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Retail sales drop takes economists by surprise

By Holly Williams

Retailers suffered an unexpected drop in sales last month as shoppers bought less household goods, food and petrol, according to official figures.

The Office for National Statistics (ONS) said retail sales fell 0.2% between May and June, confounding forecasts for a rise of 0.4%, while the annual rate of growth slowed to 4%.

This marked the slowest annual growth since last September.

The ONS said that the drops were seen across petrol stations, food stores and shops selling household goods.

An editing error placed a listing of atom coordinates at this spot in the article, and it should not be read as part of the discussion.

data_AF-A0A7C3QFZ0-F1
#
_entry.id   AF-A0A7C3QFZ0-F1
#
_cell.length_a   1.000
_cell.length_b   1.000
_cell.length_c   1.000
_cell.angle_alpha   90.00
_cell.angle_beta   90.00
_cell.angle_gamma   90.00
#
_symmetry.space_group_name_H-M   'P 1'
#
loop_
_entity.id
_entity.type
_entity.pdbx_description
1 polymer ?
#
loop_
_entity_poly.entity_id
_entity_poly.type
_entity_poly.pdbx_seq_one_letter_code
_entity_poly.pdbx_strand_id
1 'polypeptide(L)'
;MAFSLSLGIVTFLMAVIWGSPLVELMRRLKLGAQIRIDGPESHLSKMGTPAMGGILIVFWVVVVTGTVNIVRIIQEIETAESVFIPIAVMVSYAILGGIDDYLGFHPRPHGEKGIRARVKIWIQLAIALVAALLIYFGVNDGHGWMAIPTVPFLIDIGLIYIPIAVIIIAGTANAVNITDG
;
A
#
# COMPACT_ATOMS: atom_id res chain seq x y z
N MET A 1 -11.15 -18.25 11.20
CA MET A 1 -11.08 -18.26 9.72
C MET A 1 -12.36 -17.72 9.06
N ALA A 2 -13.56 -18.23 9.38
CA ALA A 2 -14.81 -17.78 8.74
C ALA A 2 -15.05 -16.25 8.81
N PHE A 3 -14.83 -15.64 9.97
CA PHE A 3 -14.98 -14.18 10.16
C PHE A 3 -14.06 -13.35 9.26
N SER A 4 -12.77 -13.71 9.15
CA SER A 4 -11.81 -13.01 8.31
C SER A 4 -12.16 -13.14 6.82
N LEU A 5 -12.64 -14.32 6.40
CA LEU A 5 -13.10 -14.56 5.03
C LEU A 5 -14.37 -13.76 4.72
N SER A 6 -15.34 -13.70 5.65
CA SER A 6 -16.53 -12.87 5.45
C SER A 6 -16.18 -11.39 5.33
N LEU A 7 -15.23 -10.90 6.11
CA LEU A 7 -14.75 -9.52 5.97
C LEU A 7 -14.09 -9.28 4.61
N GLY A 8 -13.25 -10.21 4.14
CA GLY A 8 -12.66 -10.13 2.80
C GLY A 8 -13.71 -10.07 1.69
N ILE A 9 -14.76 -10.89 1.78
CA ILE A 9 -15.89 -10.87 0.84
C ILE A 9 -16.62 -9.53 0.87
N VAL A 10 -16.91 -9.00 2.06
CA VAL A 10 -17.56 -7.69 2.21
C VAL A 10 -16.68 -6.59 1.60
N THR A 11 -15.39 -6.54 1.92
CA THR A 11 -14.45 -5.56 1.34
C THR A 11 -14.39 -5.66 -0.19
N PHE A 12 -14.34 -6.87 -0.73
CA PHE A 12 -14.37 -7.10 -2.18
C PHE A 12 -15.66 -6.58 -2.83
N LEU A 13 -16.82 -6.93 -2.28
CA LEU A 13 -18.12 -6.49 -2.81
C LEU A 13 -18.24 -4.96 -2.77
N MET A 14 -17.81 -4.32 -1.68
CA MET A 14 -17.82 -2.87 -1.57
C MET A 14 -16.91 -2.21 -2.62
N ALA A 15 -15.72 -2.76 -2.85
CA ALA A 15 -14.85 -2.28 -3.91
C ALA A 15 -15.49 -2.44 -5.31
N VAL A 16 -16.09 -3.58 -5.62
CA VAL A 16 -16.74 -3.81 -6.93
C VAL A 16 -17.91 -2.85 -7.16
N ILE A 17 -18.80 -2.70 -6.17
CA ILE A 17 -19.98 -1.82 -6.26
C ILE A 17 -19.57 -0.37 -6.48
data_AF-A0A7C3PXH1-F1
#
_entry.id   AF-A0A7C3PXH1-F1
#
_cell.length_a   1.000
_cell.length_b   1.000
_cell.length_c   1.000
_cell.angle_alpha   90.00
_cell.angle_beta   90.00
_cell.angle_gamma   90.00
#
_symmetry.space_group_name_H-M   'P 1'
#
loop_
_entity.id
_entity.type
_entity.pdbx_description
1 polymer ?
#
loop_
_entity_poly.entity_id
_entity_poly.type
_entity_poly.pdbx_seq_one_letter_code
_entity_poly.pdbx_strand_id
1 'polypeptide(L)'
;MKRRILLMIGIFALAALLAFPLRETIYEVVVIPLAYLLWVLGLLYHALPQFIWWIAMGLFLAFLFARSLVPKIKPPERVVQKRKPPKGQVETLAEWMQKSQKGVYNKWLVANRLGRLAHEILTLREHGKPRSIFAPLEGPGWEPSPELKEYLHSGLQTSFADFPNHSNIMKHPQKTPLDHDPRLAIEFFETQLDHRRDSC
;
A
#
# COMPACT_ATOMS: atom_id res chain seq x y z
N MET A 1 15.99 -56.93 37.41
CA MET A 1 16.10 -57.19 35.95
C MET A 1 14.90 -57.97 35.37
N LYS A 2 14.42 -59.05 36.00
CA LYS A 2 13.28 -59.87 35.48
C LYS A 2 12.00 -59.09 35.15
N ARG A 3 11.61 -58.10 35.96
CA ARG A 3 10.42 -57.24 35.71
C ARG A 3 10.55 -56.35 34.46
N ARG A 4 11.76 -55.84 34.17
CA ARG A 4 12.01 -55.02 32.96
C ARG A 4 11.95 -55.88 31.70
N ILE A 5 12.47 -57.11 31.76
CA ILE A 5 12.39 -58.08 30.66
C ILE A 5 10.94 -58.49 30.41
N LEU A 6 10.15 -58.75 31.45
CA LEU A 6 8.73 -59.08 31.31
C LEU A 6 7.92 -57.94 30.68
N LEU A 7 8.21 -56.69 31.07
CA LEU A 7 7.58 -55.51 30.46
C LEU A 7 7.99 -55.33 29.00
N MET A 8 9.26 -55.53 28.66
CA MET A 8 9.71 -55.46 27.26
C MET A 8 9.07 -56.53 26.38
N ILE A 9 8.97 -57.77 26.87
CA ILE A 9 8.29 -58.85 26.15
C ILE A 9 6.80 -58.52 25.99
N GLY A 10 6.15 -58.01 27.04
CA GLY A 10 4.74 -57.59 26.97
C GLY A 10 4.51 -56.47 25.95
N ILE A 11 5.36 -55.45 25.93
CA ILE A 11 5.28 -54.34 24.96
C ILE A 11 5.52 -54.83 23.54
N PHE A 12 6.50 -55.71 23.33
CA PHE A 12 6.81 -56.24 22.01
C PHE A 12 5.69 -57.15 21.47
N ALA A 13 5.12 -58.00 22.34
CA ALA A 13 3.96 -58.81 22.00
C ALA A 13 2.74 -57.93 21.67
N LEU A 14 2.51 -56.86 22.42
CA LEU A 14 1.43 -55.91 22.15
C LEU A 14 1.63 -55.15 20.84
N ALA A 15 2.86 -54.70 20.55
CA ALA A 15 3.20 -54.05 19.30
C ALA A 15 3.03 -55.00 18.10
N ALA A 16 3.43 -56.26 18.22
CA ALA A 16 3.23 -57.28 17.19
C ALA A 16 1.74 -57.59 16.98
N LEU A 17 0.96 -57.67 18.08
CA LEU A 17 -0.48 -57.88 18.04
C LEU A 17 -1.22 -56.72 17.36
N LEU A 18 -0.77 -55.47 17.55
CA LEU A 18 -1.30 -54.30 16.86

But it added that sales by volume were still up by 0.7% overall quarter-on-quarter in the three months to the end of June.

Economists said June's drop was a surprise, but believe robust underlying consumer spending should help shore up growth.

Paul Hollingsworth at Capital Economics said: "The weaker tone of June's retail sales figures does not alter the big picture that the consumer recovery remains in full swing."

Meanwhile, Howard Archer, chief UK economist at IHS Global Insight, said that despite the fall in sales last month, "consumer spending made a healthy contribution to GDP growth".

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